Altho not shown here, something more that I often do is to use a stencil as a "stamp," immediately after it has been used with heavy-body paint.  I lift the stencil off the substrate, turn it over, and press the still-moist paint into the substrate, usually in an area far removed from the area of original use.  I like to work toward unity in an artwork by repeating some elements across the substrate, and this method of twice using a stencil, before placing it into a soak-basin, provides a quick and easy way to work in that direction.

Wednesday, March 6, 2013

Stencils + Paper Solvy Water Soluble Stabilizer = Embossed "Paper"


This is an old technique that I've dusted off.  Some time back, I had heard that Paper Solvy was no longer being sold, but I just found it easily at Amazon.com and a number of other places; vendors of fabric arts supplies offer it, since it's made to be used in that arena of art-making.

Note:  It's important to look for Paper Solvy -- in a package of 12 8.5"X11" sheets -- not the Solvy Stabilizer Roll, which is a plastic-like material.  I have never tried this embossing technique with the latter; my hunch is that it would not work.

There are lots of ways to vary this technique: 

Before embossing the Paper Solvy, you can try printing a Photoshop drawing/design/pattern on it. I've been leery of running it thru either of my own printers, but the manufacturer assures us that this can be done.  My personal recommendation would be to use a printer with dye-based inks -- not an inkjet printer.  Inkjet-printed colors will bleed when exposed to wet media.  However, if you like the bleeding look, go for it!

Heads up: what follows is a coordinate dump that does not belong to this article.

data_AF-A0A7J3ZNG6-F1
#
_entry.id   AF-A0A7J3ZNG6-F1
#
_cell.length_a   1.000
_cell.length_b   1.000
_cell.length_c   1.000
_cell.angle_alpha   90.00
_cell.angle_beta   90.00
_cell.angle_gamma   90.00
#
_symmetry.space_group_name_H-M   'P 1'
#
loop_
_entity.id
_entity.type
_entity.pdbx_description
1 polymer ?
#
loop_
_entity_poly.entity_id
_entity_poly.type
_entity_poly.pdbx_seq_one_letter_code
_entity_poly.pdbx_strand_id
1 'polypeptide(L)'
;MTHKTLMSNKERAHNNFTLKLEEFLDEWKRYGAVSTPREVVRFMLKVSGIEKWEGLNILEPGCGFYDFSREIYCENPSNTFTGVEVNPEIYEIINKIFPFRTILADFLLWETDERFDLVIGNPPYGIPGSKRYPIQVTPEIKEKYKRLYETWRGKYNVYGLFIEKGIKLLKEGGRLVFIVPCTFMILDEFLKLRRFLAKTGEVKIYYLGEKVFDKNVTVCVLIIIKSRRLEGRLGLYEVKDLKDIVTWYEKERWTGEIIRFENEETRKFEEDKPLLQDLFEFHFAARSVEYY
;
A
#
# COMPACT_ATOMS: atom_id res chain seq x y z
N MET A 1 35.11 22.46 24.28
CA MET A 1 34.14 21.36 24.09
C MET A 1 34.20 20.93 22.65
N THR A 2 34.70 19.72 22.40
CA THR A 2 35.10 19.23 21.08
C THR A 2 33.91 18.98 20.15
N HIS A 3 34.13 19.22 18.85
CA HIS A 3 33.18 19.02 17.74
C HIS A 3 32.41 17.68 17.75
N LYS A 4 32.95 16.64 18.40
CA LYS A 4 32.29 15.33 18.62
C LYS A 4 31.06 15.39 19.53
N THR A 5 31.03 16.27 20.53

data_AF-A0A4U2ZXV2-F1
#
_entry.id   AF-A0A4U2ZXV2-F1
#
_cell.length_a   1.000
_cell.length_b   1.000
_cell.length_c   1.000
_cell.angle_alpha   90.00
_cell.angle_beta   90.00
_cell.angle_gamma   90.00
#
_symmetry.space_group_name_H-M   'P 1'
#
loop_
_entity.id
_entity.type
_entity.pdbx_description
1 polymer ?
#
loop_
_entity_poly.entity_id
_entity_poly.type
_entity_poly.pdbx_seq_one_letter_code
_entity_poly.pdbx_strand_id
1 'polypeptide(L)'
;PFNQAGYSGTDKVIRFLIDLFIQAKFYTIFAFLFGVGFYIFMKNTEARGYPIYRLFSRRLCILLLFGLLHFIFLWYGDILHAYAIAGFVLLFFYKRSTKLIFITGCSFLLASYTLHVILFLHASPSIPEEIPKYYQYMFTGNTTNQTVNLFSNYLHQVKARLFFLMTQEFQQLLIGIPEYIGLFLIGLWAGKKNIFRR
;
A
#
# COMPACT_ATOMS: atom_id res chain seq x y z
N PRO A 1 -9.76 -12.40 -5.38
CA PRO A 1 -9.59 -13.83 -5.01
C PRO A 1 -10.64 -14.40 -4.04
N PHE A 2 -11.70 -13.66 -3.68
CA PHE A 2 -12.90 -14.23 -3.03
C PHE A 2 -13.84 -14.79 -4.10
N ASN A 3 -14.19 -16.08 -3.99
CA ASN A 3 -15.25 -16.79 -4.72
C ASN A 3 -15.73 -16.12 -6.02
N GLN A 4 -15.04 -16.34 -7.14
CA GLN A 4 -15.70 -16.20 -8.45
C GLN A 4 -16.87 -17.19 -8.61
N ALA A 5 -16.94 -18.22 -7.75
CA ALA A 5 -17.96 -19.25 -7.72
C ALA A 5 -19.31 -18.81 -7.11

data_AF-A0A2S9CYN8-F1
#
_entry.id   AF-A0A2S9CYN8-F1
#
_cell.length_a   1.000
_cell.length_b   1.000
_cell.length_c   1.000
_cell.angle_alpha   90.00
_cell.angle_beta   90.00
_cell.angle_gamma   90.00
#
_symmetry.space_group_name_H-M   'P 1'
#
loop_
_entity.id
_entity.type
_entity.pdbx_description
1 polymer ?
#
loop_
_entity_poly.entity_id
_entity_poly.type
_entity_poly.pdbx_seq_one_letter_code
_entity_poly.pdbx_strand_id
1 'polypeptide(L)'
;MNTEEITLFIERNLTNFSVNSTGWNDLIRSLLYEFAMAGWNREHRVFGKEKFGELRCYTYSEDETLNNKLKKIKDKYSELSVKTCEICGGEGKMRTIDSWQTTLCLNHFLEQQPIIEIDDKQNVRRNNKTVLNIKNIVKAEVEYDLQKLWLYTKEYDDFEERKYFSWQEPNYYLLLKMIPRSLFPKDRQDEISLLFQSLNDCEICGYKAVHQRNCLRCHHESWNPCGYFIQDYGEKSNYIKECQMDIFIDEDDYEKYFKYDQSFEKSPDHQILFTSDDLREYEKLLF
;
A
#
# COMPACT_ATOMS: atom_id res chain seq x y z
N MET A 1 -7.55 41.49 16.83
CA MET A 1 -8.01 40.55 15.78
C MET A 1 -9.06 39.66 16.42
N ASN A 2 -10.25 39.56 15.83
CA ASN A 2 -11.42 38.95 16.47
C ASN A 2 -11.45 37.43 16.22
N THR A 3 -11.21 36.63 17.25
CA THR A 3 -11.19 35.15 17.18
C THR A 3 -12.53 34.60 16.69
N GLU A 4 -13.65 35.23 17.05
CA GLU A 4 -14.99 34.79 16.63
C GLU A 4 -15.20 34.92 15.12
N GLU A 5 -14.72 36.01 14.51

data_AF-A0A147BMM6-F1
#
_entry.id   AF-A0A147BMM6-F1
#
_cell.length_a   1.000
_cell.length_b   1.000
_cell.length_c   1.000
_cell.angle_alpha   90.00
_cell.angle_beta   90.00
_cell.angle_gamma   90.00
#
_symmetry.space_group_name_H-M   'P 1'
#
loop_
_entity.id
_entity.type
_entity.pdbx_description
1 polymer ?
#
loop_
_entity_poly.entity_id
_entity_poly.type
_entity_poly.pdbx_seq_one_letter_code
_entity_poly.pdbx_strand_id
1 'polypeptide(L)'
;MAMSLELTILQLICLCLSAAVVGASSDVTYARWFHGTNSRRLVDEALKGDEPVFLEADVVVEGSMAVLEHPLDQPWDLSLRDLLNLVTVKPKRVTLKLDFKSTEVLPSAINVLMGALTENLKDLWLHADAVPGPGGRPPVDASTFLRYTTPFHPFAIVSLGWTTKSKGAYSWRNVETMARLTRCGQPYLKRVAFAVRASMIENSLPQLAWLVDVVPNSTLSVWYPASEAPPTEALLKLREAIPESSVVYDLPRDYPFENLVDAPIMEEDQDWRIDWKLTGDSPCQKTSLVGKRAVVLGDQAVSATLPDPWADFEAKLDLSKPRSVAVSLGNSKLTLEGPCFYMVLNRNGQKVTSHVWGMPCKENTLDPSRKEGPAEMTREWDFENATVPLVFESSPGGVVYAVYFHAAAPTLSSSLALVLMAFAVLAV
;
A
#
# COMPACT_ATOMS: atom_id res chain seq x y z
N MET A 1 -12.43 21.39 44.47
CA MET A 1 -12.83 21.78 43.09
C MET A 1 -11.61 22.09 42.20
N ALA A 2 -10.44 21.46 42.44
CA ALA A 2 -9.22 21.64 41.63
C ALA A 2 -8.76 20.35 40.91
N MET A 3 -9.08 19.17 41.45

Another option is to use the Paper Solvy in its original white form; after the embossing, the Solvy will eventually dry.  At that point, color can be added with blending chalks, pastels, dry-brush paints, Distress Inks, etc. 

For the most dramatic embossing effect, choose a stencil that has large openings.  Any size stencil will work, but I prefer the 9"X12" size.  In the following photos, I've used one of the beautiful stencils from www.StencilGirlProducts.com... 
 

 
 

Cover the work surface with a thick layer of newspaper.  Place a stencil atop the papers.  Place a sheet of Paper Solvy over the stencil. 

Use a mister to spray the Solvy with water.  Soak each area until you see it begin to dissolve and take on the shapes of the stencil openings.  Do not over-soak -- that will make the Solvy dissolve (which it's actually designed to do, when used for its original purpose in fabric arts.) 

That's all there is to it, unless you follow my lead -- as in the above photos -- using liquid watercolors in misters, spraying them onto the Solvy before spraying with water.
 
Dry-time depends on humidity level.  Be prepared for a long wait.   

These finished "papers" are beautiful in collages and on greeting cards.  To avoid re-wetting this fragile material, I use extra-heavy gel medium for adhering these embossed "papers" to collages.  When I add them to greeting card covers, I use a dry adhesive; my favorite is Tombow Mono Glue Sticks. 

It can also be noted that if you have on hand old sheets of handmade paper, it can be embossed on a stencil in the same way as Paper Solvy -- as long as it's not an ultra-thick homemade paper.  

Another material that works with stencils to create an embossed result is:  Toilet tissue!  Use double-ply, and  lay down two layers, one atop the other, before spraying with water.

Monday, March 4, 2013

A Happy Surprise


In an earlier post ("Flowers V 1" comes to Center Stage) I described what I call the stencil-and-stain technique.